I don’t follow the minor leagues as much as I should, I suppose—the AHL, East Coast League and Central Hockey league. Yet this is where so many future NHL’ers are—and on occasion former NHL’ers on the down side on their careers. (In this lockout year, the “minors” are flooded with many NHL-caliber players—young ones and older guys looking for one last shot at the big time…) The youngsters usually come from college or junior hockey, working to earn a shot in the “show”. But as we all know, reaching the top is not easy in any profession, and certainly not in professional hockey.
I raise this in part because there have always been 'tweeners'- excellent professional players who are superb at the minor league level, but for whatever reason, often don't quite seem to make it as successfully at the NHL level. A guy I've written about here on occasion, Marc Reaume, a fine young Maple Leaf in the late 1950s, was one of those 'in-between' players. While he showed well early on with the Leafs, he could never fully crack the "top four" defense corps which was all teams needed in those days. (In Toronto, that was Baun and Brewer, Horton and Stanley.) When the same thing happened after he was traded to Detroit, Reaume (who lived just a couple of miles away from me when I was a kid in the late '50s/'early '60s in a small town outside of Windsor, Ontario) essentially spent the next decade as an All-Star in the best minor leagues of the day.
In the current era, Marlie forward Keith Aucoin seems to be one of those guys. While he has played more than a hundred games in the NHL, he has achieved real prominence in the minors. In fact, as Marlie fans well know, he netted his 800th career point in the American Hockey League a few days ago for the baby Leafs. You never say never, but it's unlikely he will play much again in the NHL. But he has been a standout in the AHL and shows no signs of slowing down.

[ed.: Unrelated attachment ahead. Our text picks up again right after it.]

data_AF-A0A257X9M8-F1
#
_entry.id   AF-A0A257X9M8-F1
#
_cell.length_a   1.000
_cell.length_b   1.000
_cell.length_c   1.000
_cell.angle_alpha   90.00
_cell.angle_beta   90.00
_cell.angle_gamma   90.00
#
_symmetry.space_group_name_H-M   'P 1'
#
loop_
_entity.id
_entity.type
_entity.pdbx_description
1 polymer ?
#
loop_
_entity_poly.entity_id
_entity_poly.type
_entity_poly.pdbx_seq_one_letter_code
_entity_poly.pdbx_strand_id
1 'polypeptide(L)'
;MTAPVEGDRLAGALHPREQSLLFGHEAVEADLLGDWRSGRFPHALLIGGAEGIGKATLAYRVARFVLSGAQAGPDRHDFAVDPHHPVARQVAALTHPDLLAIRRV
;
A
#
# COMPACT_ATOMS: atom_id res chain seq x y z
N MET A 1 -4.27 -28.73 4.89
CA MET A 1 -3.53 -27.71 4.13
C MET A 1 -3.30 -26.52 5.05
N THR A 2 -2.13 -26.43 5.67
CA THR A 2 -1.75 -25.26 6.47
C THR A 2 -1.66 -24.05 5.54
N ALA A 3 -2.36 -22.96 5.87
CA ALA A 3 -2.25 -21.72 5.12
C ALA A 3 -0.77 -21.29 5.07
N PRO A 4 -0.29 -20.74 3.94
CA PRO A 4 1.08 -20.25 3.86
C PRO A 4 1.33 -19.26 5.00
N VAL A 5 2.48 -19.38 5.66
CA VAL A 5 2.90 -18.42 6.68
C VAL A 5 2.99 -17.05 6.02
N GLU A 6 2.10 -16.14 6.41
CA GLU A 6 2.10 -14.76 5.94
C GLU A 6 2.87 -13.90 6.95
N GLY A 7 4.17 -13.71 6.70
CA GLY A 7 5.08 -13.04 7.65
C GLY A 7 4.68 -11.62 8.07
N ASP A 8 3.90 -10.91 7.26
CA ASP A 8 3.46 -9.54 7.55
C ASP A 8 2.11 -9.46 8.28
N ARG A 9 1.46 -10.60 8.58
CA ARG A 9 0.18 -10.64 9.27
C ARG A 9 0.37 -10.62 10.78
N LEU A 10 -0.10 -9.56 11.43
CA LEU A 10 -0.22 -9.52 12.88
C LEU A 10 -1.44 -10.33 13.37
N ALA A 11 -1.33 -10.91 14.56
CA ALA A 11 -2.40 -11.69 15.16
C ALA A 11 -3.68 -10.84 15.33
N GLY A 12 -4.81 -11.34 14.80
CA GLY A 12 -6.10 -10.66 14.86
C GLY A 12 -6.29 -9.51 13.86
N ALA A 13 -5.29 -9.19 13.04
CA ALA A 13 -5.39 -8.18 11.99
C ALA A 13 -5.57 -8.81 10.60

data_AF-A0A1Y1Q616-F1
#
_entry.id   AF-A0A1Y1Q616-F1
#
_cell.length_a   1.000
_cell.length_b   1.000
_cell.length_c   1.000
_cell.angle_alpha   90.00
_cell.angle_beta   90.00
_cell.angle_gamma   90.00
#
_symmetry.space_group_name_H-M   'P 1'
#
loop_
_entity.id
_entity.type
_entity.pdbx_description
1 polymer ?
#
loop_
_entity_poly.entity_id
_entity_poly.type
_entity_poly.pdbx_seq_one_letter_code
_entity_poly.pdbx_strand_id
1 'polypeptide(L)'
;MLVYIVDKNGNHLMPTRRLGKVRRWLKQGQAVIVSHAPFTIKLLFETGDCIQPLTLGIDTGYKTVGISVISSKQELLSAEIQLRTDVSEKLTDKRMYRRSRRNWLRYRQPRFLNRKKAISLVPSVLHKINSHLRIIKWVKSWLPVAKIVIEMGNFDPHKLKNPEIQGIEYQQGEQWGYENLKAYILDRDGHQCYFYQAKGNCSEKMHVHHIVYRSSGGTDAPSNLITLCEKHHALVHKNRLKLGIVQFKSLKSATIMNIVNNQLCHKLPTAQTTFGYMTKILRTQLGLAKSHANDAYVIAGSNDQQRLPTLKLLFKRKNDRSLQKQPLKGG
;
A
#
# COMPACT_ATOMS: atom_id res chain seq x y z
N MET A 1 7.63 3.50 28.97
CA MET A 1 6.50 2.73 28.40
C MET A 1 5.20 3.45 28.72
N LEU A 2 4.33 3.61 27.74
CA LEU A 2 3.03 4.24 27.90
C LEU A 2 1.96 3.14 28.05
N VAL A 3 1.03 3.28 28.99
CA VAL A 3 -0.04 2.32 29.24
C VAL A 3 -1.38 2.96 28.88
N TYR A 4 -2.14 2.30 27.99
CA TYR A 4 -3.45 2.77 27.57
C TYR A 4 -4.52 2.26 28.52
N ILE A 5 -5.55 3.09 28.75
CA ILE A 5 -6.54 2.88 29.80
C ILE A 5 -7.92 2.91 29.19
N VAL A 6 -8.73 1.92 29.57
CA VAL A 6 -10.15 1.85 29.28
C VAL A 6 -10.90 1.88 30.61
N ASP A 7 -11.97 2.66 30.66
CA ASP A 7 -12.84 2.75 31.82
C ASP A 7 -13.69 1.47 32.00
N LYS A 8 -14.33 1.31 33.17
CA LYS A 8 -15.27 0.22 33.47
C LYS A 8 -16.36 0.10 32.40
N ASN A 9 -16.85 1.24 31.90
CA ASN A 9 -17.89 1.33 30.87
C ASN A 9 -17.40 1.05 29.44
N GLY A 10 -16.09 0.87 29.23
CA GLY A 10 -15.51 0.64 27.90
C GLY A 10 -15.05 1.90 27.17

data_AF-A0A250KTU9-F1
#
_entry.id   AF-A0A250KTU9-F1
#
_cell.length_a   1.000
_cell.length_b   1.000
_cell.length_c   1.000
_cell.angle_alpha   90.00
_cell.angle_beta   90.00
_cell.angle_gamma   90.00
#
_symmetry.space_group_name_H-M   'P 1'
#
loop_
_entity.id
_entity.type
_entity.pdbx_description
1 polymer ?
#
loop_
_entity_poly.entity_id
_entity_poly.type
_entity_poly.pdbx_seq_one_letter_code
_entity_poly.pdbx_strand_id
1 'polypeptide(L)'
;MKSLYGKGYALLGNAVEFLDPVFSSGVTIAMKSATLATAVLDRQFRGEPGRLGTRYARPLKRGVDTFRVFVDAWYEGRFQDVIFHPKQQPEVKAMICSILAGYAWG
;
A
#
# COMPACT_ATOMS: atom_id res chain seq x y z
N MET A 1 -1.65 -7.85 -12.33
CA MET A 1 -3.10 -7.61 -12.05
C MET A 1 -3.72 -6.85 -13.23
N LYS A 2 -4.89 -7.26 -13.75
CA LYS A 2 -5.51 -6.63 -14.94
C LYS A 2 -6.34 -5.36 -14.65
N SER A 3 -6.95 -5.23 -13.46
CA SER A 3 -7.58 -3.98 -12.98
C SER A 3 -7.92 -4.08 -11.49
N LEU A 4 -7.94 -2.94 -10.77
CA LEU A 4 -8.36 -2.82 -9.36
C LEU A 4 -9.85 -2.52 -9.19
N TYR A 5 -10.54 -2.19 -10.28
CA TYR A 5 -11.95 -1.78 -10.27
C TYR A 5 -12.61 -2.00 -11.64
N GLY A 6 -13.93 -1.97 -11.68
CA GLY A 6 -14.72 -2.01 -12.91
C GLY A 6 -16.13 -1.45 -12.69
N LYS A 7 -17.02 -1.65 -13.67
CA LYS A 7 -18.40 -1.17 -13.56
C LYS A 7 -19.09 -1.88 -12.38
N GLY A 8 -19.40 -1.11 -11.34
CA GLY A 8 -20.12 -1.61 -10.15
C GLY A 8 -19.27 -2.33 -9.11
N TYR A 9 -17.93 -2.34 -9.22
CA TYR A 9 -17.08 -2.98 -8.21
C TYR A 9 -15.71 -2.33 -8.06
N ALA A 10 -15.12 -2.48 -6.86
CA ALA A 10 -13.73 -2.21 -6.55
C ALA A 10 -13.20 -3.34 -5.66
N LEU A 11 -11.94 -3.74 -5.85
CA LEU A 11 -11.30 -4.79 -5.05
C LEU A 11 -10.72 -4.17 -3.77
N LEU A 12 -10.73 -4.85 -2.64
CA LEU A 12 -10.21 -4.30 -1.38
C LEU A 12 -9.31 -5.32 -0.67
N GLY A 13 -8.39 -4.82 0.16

Now, back before the first wave of NHL expansion in 1967, there were, believe it or not, some minor-league teams that were strong enough that they may well have been able to compete with certain NHL teams. In fact, really good senior “A” teams in Canada may well have held their own, too. (I used to follow the old Windsor Bulldogs when I was a kid in the early ‘60s and went to a number of their games at the old Windsor Arena.) There were only 6 teams, of course, in the NHL, and while there were very few Americans or Europeans competing for jobs here in those days, making it to the NHL was still tough—very tough. There were maybe NHL 120 jobs “up for grabs”, if that—and in truth most of them were already taken, year after year. Roster change was minimal. (In fact, I've written a bit about the old Bulldogs here in the past. Click on their name above to read more. They had some former and future NHL'ers on their roster. The future NHL'er was goaltender Wayne Rutledge, who played in the early expansion years with the LA Kings as a teammate of 1967 Leaf playoff hero, Hall-of-Famer Terry Sawchuk. A former NHL'er that I recall playing for the old Bulldogs in Windsor was Real Chevrefils (upper left), who was a big-time scorer in the mid-'50s with the Boston Bruins and played in Windsor when his NHL career was competed.